English eccentrism vs North American invention

adriennemb2(z3/4)November 11, 2011

An English folly is an impractical, fantastical, aimless, obscure and ersatz structure which seems to exist in the landscape mainly to prove only that some elite people have more money than sense. They are often more like a subtle puzzle instead of a laugh-out-loud joke.

In North American gardens, a similar intent leans more towards ornamental, colourful, attention-grabbing surprises. The design can be whimsically utilitarian or unexpectedly functional, often at little cost. It is also egalitarian, depending more upon creativity rather than socioeconomic class.

So do you have a preference for humour or humor? Or a favourite example of either?

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I am not sure that you have captured the true sense of a Folly there adrienne although 'lack of good sense', being the definition of the words other use, may come close. My home town had a Folly, it was a Toll House that I don't think ever served as such but added character. The other that I know well is on a hill near Bath and is known as Sham Castle being the facade of a castle only, much like the Hollywood sign.

A Folly is indeed an eccentric gesture although I don't pick up on the egocentrism that I would attribute to, say Trump Tower. Obviously they don't appear in the gardens of ordinary people so the comparison you make is a non starter.

    Bookmark   November 11, 2011 at 6:52PM
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Ah, but if he were to live in England, Trump would hire some hermit to live in the ruins of a roman pyramid in the middle of the lake...but only after first gilding the poor sod in gold. And inviting the News of the World.

    Bookmark   November 11, 2011 at 7:37PM
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Actually Adrienne if you want something impractical, fantastical, aimless, obscure and ersatz that is also a a laugh-out-loud joke AND American can I suggest Donald Trumps hair?

    Bookmark   November 11, 2011 at 8:31PM
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    Bookmark   November 11, 2011 at 8:52PM
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Would Cadillac Ranch or Watts Towers fit in your description? Or was their original intention as art (I'm not so sure about the towers) make them ineligible?

    Bookmark   November 11, 2011 at 8:57PM
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I think those would be really good examples of North American follies if they weren't quite so grand and in public.
Unless that's part of the cultural interpretation of the phenomena? Hmmm.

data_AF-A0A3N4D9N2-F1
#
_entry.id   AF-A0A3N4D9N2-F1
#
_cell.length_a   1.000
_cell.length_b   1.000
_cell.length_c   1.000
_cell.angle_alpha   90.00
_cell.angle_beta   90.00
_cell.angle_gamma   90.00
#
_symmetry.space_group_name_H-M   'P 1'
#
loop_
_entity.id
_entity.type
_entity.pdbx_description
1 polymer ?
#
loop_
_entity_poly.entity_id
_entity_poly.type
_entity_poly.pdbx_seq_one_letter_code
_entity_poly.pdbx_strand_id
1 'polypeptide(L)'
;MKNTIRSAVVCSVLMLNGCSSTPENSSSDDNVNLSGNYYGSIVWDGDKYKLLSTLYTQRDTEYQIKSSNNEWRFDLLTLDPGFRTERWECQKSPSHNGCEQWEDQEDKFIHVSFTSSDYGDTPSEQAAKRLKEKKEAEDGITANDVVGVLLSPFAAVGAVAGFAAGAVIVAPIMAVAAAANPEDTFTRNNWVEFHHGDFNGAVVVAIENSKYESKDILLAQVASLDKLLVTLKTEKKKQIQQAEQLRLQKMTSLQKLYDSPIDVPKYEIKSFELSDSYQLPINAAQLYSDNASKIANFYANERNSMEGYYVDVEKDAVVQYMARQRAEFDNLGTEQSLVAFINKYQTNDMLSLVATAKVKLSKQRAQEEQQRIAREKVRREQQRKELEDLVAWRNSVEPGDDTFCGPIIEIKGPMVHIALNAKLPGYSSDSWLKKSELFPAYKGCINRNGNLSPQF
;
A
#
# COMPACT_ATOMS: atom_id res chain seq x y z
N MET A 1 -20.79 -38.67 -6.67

And just for ink - the devolution of taste...

    Bookmark   November 11, 2011 at 10:14PM
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carol6ma_7ari(zones 6 & 7a)

But Carhenge (the middle photo) is more related to Stonehenge than to a folly.

    Bookmark   November 11, 2011 at 10:57PM
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flora_uk(SW UK 8/9)

Interesting take but I think I'd take issue with Adrienne's definition. A couple of thoughts. British follies were built for many divers reasons but mainly as an expression of fashion e.g. for the picturesque, the Gothick, Chinoiserie, Egyptian, etc in past centuries. Many, including Sham Castle, were built to enhance a view or provide a focal point, so they were not exactly aimless. No more bizarre than placing a birdbath in your flowerbed. They just had more space to play with. A few were even built as projects to employ local labour in times of hardship, so not entirely unaltruistic. Nor were all entirely impractical as they served as picnic spots, bath houses, observatories or look outs, etc. Some were used to disguise practical purposes such as pumping houses or air shafts from underground mine workings. They were ersatz in so far as they were not genuine castles or whatever, but no more so than putting Classical columns on a mansion even though it wasn't in Ancient Athens. There are a few follies still being built but they are essentially a historic phenomenon and not a big part of English, or British, gardening culture now. On the whole they add historic and visual interest to the landscape.

Here is a link that might be useful: Follies

    Bookmark   November 13, 2011 at 1:40PM
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I love that picture of president elect Trump that only goes to demonstrate that nature will have her way.

    Bookmark   November 13, 2011 at 5:44PM
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I bow to the Brits.

    Bookmark   November 13, 2011 at 6:29PM
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Arise Lady Adrienne.

    Bookmark   November 13, 2011 at 6:48PM
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